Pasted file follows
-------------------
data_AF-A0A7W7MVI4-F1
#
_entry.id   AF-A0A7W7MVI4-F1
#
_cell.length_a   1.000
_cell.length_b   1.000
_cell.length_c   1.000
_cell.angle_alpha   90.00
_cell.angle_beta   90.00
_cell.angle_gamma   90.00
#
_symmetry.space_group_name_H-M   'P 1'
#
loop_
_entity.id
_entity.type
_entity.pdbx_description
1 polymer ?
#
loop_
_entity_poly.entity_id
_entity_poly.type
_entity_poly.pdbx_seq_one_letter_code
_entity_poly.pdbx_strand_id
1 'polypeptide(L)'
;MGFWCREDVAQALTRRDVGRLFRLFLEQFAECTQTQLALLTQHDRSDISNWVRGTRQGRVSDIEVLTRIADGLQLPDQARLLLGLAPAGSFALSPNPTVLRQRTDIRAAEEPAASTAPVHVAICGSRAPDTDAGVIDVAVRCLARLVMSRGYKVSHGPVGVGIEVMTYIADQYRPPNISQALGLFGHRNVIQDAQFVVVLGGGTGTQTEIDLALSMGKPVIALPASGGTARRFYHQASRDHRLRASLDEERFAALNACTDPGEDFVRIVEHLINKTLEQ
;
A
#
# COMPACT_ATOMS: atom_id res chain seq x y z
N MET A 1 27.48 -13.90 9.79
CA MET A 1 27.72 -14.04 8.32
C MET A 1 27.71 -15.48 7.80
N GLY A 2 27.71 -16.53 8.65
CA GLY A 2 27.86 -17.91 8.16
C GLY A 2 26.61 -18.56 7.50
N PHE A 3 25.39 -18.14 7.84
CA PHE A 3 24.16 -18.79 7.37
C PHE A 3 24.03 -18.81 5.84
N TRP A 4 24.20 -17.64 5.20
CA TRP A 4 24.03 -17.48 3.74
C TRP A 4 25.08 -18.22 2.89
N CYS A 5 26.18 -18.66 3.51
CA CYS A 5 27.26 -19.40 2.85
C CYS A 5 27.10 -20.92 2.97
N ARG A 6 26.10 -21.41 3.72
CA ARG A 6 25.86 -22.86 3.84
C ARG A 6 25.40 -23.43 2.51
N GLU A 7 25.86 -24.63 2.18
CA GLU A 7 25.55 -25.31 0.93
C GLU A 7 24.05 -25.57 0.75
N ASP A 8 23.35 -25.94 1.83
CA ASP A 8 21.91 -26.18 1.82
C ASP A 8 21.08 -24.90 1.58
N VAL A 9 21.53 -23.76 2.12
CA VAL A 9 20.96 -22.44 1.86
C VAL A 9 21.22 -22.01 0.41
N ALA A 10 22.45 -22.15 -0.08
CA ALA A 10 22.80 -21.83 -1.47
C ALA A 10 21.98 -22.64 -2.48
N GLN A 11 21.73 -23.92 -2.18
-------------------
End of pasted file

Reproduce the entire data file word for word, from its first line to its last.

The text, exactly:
data_AF-A0A7W7MVI4-F1
#
_entry.id   AF-A0A7W7MVI4-F1
#
_cell.length_a   1.000
_cell.length_b   1.000
_cell.length_c   1.000
_cell.angle_alpha   90.00
_cell.angle_beta   90.00
_cell.angle_gamma   90.00
#
_symmetry.space_group_name_H-M   'P 1'
#
loop_
_entity.id
_entity.type
_entity.pdbx_description
1 polymer ?
#
loop_
_entity_poly.entity_id
_entity_poly.type
_entity_poly.pdbx_seq_one_letter_code
_entity_poly.pdbx_strand_id
1 'polypeptide(L)'
;MGFWCREDVAQALTRRDVGRLFRLFLEQFAECTQTQLALLTQHDRSDISNWVRGTRQGRVSDIEVLTRIADGLQLPDQARLLLGLAPAGSFALSPNPTVLRQRTDIRAAEEPAASTAPVHVAICGSRAPDTDAGVIDVAVRCLARLVMSRGYKVSHGPVGVGIEVMTYIADQYRPPNISQALGLFGHRNVIQDAQFVVVLGGGTGTQTEIDLALSMGKPVIALPASGGTARRFYHQASRDHRLRASLDEERFAALNACTDPGEDFVRIVEHLINKTLEQ
;
A
#
# COMPACT_ATOMS: atom_id res chain seq x y z
N MET A 1 27.48 -13.90 9.79
CA MET A 1 27.72 -14.04 8.32
C MET A 1 27.71 -15.48 7.80
N GLY A 2 27.71 -16.53 8.65
CA GLY A 2 27.86 -17.91 8.16
C GLY A 2 26.61 -18.56 7.50
N PHE A 3 25.39 -18.14 7.84
CA PHE A 3 24.16 -18.79 7.37
C PHE A 3 24.03 -18.81 5.84
N TRP A 4 24.20 -17.64 5.20
CA TRP A 4 24.03 -17.48 3.74
C TRP A 4 25.08 -18.22 2.89
N CYS A 5 26.18 -18.66 3.51
CA CYS A 5 27.26 -19.40 2.85
C CYS A 5 27.10 -20.92 2.97
N ARG A 6 26.10 -21.41 3.72
CA ARG A 6 25.86 -22.86 3.84
C ARG A 6 25.40 -23.43 2.51
N GLU A 7 25.86 -24.63 2.18
CA GLU A 7 25.55 -25.31 0.93
C GLU A 7 24.05 -25.57 0.75
N ASP A 8 23.35 -25.94 1.83
CA ASP A 8 21.91 -26.18 1.82
C ASP A 8 21.08 -24.90 1.58
N VAL A 9 21.53 -23.76 2.12
CA VAL A 9 20.96 -22.44 1.86
C VAL A 9 21.22 -22.01 0.41
N ALA A 10 22.45 -22.15 -0.08
CA ALA A 10 22.80 -21.83 -1.47
C ALA A 10 21.98 -22.64 -2.48
N GLN A 11 21.73 -23.92 -2.18